One of these innovations from researchers at University College London is an advanced machine learning algorithm that replaces the role of a judge, taking in all the evidence and delivering conclusions about the severity of a crime. An AI algorithm such as this, if crafted carefully, will deal solely with the facts of the case, ignoring prejudices from other factors such as the accused person’s appearance, race, and socioeconomic status. One of the key issues with the justice system today is that the accused must wait several years for a trial and often can’t afford to pay bail, squandering their time in prison. Large bails, combined with mandatory minimum sentencing fears, force many accused convicts to accept plea agreements for crimes they did not commit. AI-based judiciaries hold much of their potential in removing human bias, but perhaps more notably, their utility will come from an ability to speed up trials and to ensure that everybody has their Constitutional right to one. For those who are afraid of putting the entire U.S. justice system in the hands of a computer, Abrams reminds us: ‘The constitutional right to a jury will never disappear. Even if we have computers aiding in every part of our criminal justice system, the ultimate verdict will always be made by human beings.”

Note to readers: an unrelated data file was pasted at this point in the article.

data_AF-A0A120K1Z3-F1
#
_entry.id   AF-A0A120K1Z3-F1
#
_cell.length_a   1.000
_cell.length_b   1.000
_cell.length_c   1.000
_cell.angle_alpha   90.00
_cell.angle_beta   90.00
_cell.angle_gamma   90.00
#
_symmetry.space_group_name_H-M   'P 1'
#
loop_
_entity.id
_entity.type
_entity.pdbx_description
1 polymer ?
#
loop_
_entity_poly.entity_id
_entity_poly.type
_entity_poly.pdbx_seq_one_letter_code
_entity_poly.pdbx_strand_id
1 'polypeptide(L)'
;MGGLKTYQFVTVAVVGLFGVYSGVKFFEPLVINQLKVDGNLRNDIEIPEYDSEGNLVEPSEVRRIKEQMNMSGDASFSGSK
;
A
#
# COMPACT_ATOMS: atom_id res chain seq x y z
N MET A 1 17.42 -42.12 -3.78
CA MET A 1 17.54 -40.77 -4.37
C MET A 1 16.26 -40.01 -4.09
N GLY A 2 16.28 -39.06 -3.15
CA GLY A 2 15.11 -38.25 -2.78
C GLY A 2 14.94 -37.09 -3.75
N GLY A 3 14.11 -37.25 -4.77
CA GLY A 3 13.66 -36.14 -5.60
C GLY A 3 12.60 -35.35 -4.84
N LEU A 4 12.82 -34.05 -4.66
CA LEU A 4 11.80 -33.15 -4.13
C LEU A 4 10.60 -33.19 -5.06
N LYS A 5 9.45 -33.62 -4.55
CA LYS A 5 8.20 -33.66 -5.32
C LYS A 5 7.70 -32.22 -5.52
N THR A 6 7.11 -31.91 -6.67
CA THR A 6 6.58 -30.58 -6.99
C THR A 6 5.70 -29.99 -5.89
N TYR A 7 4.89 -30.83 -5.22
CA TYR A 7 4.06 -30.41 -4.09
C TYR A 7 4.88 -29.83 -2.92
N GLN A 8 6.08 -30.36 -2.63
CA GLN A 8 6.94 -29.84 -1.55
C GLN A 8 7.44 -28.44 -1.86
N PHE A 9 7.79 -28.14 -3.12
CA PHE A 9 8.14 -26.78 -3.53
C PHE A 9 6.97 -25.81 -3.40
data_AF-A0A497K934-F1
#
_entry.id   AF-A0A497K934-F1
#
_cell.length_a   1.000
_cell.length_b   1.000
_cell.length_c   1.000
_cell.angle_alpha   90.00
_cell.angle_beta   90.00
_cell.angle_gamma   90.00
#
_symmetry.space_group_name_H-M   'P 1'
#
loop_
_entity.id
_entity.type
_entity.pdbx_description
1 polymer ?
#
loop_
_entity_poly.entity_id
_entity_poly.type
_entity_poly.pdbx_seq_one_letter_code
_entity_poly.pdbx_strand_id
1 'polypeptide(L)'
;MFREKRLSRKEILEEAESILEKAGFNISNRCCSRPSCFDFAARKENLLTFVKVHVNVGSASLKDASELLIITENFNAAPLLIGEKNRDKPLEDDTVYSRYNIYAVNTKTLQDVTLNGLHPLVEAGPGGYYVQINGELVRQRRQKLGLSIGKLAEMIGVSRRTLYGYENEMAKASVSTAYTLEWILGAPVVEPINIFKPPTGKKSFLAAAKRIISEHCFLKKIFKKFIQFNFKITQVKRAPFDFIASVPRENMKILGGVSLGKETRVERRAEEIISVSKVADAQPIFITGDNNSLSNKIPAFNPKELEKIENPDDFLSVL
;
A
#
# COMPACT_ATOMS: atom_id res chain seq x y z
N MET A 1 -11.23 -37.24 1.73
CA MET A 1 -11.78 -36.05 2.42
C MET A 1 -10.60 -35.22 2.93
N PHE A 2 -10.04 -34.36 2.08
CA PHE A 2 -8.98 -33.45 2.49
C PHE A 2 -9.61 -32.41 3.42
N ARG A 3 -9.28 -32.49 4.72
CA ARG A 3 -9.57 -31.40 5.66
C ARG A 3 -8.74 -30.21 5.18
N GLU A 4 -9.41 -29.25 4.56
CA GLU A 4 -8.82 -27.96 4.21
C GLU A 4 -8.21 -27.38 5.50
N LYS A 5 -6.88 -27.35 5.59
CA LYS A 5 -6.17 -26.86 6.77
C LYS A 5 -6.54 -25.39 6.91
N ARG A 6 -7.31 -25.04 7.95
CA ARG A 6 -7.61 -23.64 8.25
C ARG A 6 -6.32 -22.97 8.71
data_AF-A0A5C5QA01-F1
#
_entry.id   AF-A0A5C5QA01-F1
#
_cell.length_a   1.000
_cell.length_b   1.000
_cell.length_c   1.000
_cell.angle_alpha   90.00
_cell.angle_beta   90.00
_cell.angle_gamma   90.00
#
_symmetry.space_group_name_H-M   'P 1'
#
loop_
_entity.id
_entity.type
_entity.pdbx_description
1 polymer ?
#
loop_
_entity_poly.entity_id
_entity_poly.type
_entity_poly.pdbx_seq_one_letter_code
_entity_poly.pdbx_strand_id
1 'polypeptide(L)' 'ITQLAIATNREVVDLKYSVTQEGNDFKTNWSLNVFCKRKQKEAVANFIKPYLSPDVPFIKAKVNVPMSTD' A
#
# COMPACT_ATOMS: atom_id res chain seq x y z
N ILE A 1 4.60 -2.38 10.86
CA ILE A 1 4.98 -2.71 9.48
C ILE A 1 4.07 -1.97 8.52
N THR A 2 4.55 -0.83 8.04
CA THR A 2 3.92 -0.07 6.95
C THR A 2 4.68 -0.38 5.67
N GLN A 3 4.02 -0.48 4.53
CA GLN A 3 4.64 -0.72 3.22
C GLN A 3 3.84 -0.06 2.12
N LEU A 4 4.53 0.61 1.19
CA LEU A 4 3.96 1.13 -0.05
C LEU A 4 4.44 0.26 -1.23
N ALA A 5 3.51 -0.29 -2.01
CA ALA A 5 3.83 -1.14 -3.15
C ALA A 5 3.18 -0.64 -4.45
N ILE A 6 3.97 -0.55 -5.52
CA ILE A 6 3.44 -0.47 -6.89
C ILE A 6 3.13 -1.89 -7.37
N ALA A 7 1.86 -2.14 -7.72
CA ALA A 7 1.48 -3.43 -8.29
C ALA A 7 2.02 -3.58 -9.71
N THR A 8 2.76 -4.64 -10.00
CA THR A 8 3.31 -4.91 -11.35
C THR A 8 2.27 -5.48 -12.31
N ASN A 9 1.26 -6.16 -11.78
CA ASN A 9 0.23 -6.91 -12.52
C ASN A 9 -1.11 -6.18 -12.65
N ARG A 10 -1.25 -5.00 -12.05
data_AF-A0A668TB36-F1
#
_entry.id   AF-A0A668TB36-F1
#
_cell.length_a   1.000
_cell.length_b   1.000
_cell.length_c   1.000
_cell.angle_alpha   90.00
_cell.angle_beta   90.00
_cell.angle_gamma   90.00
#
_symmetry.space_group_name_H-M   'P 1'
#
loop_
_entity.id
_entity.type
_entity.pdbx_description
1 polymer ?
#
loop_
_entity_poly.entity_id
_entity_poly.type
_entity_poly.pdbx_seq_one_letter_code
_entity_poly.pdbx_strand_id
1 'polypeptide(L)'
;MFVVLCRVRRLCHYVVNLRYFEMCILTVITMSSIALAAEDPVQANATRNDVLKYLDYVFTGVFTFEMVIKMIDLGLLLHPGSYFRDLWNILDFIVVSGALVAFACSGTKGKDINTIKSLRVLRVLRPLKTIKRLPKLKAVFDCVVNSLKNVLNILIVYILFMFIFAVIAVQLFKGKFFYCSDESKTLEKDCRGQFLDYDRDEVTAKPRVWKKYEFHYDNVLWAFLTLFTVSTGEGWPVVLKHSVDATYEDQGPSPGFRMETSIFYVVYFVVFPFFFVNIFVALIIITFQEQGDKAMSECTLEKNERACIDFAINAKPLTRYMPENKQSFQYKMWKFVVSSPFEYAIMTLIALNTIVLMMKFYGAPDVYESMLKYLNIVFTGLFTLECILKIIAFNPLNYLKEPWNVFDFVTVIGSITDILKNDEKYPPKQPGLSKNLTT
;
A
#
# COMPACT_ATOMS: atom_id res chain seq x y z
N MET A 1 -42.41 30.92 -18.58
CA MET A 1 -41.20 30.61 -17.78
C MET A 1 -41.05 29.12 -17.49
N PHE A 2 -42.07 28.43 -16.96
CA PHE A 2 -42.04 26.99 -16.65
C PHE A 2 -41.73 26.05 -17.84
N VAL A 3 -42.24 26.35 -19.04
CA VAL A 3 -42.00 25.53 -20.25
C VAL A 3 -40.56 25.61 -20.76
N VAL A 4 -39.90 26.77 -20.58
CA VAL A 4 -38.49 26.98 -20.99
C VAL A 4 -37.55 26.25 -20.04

Incentivizing Socially-Responsible AI

In its current form, there are many reasons to fear the widespread use of AI tools in the criminal justice system. Chiefly, there is the very legitimate fear that AI will replicate, or even worsen, the issues of race and class-based discrimination that currently exist. While we can currently blame these issues on a person or a department, when a black box algorithm is making decisions, it becomes much thornier. Most recently, a risk-assessment algorithm created by Northpointe Inc., a private company, has led to the possibility of a Supreme Court hearing on this topic of algorithmic transparency.

As AI technology becomes more sophisticated and sees more use in the criminal justice system, these questions of discrimination, responsibility, and transparency will only become more relevant.  For AI technology to improve efficiency and remove human bias, it must be designed in a socially-responsible manner. Doing so will take a concerted effort on the part of key stakeholders – policymakers, venture capitalists, entrepreneurs, and researchers – but it will also have positive impacts on the future of the U.S. criminal justice system.